Here are my March TBR possibilities!
This month’s stack is evenly balanced between challenge books and new releases. I’m about a 3/4 of the way through Daisy Jones and the Six and I’m LOVING it! It’s about the band’s rise to fame and the truth about their abrupt breakup. The book’s format is really unique- it’s an undisclosed amount of time in the future and the bandmates are being interviewed, so we get to hear all sides of the story. I already feel a book hangover coming on- if you like classic rock at all, you have to pick this one up.
I’m linking up with Literary Quicksand, Rachel at Never Enough Novels, and Allison at My Novel Life -the co-hosts of TBR (To Be Read) Mix ‘n Mingle. The first Wednesday of each month they share the books they’re planning to read for the month.
I have been steadily adding to my TBR list. I get the bulk of my inspiration from #bookstagram (occupational hazard) but also from podcasts, publishers, and people that I know in real life. I love when people reach out to me to tell me what they’re reading or to tell me what they felt about a book that I recommended- it’s the best! Here are some of the latest additions to my list.
Black Leopard Red Wolf | Marlon James | Lets be honest. I saw the cover and thought it was beautiful, but @read_by_rodkelly is the reason I put it on my list. (He gives great recs). Black Leopard Red Wolf is being called the African Game of Thrones, and this reader doesn’t need much more than that.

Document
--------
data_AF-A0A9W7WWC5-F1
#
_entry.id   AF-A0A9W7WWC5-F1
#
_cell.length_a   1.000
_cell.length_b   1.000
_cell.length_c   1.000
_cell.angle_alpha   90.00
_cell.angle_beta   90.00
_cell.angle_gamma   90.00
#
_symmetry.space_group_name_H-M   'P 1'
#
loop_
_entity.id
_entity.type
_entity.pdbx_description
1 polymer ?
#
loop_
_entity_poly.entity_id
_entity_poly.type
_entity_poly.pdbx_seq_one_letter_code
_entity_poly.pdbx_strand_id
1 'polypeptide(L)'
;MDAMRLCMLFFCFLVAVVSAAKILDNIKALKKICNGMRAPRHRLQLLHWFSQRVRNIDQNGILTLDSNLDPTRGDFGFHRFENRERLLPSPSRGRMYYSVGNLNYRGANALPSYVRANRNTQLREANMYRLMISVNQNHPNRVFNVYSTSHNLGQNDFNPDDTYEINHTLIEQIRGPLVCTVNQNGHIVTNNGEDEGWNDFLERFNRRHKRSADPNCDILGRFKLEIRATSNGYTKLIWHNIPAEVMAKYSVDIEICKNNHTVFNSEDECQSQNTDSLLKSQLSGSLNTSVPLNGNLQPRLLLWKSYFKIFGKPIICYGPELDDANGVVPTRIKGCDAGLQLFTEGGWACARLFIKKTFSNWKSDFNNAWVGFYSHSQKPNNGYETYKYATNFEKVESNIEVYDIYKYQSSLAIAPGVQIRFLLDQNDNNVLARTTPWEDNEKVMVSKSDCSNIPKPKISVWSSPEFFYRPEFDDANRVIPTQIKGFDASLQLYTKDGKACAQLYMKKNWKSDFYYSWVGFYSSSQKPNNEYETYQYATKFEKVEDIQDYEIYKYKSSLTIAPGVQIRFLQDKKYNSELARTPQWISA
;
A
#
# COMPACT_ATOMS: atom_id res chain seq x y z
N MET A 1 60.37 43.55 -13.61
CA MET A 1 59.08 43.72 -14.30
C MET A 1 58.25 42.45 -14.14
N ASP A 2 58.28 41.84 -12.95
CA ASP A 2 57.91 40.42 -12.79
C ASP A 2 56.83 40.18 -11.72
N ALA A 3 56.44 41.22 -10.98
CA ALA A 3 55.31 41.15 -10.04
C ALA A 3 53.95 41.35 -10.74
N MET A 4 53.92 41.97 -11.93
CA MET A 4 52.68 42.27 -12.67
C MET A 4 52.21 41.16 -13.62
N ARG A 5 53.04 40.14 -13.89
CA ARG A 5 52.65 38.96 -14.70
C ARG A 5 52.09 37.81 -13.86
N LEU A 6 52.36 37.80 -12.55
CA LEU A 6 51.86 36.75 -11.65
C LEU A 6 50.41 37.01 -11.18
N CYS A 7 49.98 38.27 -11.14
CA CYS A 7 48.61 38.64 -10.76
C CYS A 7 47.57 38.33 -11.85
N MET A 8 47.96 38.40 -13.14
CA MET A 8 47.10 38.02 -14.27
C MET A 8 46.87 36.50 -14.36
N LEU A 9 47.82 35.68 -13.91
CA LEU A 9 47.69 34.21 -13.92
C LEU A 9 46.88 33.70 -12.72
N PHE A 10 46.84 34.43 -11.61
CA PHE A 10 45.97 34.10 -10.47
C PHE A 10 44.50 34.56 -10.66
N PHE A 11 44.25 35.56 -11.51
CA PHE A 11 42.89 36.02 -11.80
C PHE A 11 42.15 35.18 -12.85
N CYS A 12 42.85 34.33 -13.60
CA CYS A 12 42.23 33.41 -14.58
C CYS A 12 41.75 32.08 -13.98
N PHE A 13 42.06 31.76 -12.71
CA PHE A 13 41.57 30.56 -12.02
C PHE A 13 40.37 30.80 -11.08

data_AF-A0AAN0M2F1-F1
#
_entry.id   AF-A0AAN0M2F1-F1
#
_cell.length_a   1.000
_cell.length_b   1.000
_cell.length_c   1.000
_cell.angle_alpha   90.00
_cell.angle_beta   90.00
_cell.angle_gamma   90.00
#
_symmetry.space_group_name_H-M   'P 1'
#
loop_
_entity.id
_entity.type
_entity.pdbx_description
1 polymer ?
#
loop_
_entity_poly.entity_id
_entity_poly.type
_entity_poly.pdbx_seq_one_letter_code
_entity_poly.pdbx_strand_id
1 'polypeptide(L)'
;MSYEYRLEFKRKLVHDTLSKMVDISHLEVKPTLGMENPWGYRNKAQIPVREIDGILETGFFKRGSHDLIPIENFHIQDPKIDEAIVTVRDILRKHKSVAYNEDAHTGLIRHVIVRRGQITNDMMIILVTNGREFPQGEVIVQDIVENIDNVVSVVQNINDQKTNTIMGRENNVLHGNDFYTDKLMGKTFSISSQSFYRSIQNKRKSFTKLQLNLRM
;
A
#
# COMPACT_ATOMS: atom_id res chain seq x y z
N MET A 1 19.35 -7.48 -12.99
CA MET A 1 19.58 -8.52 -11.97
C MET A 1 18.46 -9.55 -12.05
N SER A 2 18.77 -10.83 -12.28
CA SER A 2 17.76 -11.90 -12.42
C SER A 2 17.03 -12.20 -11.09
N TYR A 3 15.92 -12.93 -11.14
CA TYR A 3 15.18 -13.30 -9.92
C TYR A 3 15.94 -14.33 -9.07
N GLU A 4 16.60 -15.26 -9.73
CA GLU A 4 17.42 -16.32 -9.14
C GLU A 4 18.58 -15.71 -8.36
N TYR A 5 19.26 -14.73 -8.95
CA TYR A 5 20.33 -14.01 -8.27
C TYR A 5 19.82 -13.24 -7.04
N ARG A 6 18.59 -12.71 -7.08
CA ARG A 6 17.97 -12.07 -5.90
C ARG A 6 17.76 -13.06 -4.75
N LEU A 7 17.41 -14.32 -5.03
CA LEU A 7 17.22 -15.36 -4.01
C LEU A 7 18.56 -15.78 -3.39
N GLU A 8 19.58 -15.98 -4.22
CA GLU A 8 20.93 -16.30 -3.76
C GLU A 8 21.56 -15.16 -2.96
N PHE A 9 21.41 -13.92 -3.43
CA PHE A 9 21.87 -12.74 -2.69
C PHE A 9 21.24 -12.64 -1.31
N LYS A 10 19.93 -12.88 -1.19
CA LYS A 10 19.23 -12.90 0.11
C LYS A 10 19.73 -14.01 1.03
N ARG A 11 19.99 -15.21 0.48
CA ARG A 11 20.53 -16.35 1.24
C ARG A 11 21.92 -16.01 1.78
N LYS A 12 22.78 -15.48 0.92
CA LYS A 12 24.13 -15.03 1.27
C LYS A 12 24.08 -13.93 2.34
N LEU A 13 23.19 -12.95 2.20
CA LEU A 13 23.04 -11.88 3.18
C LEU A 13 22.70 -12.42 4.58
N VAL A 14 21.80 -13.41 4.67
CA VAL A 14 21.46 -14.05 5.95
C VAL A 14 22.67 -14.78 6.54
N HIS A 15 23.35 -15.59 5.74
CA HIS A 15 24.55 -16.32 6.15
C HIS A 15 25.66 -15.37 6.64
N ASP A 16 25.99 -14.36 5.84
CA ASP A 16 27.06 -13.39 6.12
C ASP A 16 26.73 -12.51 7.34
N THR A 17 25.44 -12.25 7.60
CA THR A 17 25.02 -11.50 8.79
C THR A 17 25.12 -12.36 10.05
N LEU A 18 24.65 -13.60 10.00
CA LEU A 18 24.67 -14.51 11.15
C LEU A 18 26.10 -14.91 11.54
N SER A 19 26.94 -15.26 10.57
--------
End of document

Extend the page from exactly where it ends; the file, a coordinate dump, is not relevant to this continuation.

Tell the Wolves I’m Home | Carol Rifka Brunt | This was one of Ashley Spivey’s “loves” picks from her episode on the Sarah’s Book Shelves Live podcast. She said it would go well with two of my favorite books of all time, The Hearts Invisible Furies and A Little Life, so of course I have to read it!
The Girl He Used to Know | Tracy Garvis Graves | Cant remember where I first heard about this rec, but I love stories that explore the “what might have been”.
The Atlas of Reds and Blues | Devi Laskar | Rec from All the Books and Liberty Hardy- A tough but powerful book that opens with a woman who is lying in her driveway after having been shot by the police. She goes through and thinks about her life as she’s lying there, and reflects specifically on what it’s like living life as a second generation immigrant and woman of color in America.
Romantic Outlaws: The Extraordinary Lives of Mary Wollstonecraft and Her Daughter Mary Shelley | Charlotte Gordon | Look, I’m fully aware that there’s little chance that I’ll get around to reading this, but it sounded interesting enough to make my list. I got interested in Mary Shelley from Annotated Episode 5 I got this rec in person from Tyler @windycitybookshelf at the Chicago bookswap event!
What’s new to your list?
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